You can also find a Subway if you go the opposite direction across the bridge next to Yotsuya Station.  At the end of the bridge take a right.  The Subway is on your left.

If you really want to party, head to Gas Panic.  There are several of these spread all over Tokyo, but the best is still the "red" Gas Panic in Roppongi (anyone can identify it if you describe it as this).  This bar is two floors of liquid insanity.  From the female patrons dancing on the bar to the bucket of viagra on the second floor, nothing is ever boring here (unless you come on a Tuesday night.  stick to the weekends and you'll be fine.).
If you want a more relaxed and personal atmosphere, but still want to get away from your part of town, head to Azool.  Also located in Roppongi, Azool creates an amazing atmosphere by using private, themed rooms for parties and curtained tables for couples.  To reach Azool, simply head toward Roppongi Heights from Roppongi station.  Pass Roppongi Heights and continue straight for about 1 km.  The entrance is on your left.  The exterior is fairly subdued, so keep your eyes peeled and look for a wall of running water.
Good tip?

First don't let the the 'foreigness' of Japan stop you from visiting.  
 Exhange money easily at any "ginko" or bank. 

The best way to eat and or shop is to get away from the mainstream places and go down the alleys to little 'mom & pop' resturants.  Here you will get great food for a fraction of the price.  All resturants have plastic versions of the menu, so all you have to do it point!  Water is safe to drink.  There are no real health risks to speak of. 
Ask how to find the 'recycle' shops.  Here is where you can find everything especially true antiques at bargain basement prices.  Shrines sales are great too!
Local fish markets first thing in the morning are a great way to eat and shop at too.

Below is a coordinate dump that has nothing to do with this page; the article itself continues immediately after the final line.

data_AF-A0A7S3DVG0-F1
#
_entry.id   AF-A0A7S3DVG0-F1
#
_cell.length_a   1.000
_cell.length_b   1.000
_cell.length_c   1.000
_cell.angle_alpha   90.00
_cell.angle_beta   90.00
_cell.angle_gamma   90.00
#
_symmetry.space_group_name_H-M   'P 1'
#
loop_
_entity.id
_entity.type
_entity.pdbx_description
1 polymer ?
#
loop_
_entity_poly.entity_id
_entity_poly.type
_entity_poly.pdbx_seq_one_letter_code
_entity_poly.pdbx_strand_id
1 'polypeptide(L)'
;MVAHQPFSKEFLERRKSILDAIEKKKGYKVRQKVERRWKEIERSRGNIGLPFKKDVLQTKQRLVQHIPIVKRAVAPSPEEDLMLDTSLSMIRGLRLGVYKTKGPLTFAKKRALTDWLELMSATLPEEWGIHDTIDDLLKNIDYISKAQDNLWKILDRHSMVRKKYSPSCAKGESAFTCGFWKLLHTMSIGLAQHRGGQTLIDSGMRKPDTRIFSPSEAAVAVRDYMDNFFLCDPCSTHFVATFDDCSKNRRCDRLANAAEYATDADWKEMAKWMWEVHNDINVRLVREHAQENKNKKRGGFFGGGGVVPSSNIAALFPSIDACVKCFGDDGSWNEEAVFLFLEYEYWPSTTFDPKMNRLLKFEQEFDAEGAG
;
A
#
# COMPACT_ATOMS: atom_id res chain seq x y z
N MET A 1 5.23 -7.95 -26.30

Most toilets are not 'western' style, but squat style.  Japanese believe this to be more sanitary.  Bring toilet paper.  Also be aware in at least one McDonalds I went to, the bathrooms were unisex.

Japan is very safe to travel in.  A lot crime is commited either by drunks or foreigners.  But be aware on the crowded commuter trains, women are frequently touched and grabbed by men.  Stand your ground and let them know you won't tolerate it!  Japanese women will find your small children and infants extremely fascinating.  They may even just pick them up.  But don't fear, they are just loving on them!  The people tend to be very honest also.  Once a gentlemen on my tour (I was a tour guide for our local area) left his wallet on a counter at a large department store.  The clerk actually ran down the block to give it back to him intact.

Be patient and polite and you'll get the same in return!  Grunting and pointing and charades (done politely of course!) work very well.  If looking for someone who may speak english, look to college or high school age Japanese if possible.  They are taught english in schools and remember is better.  Just be aware it's not conversational english, so be patient.  They love to practice their english when given the chance.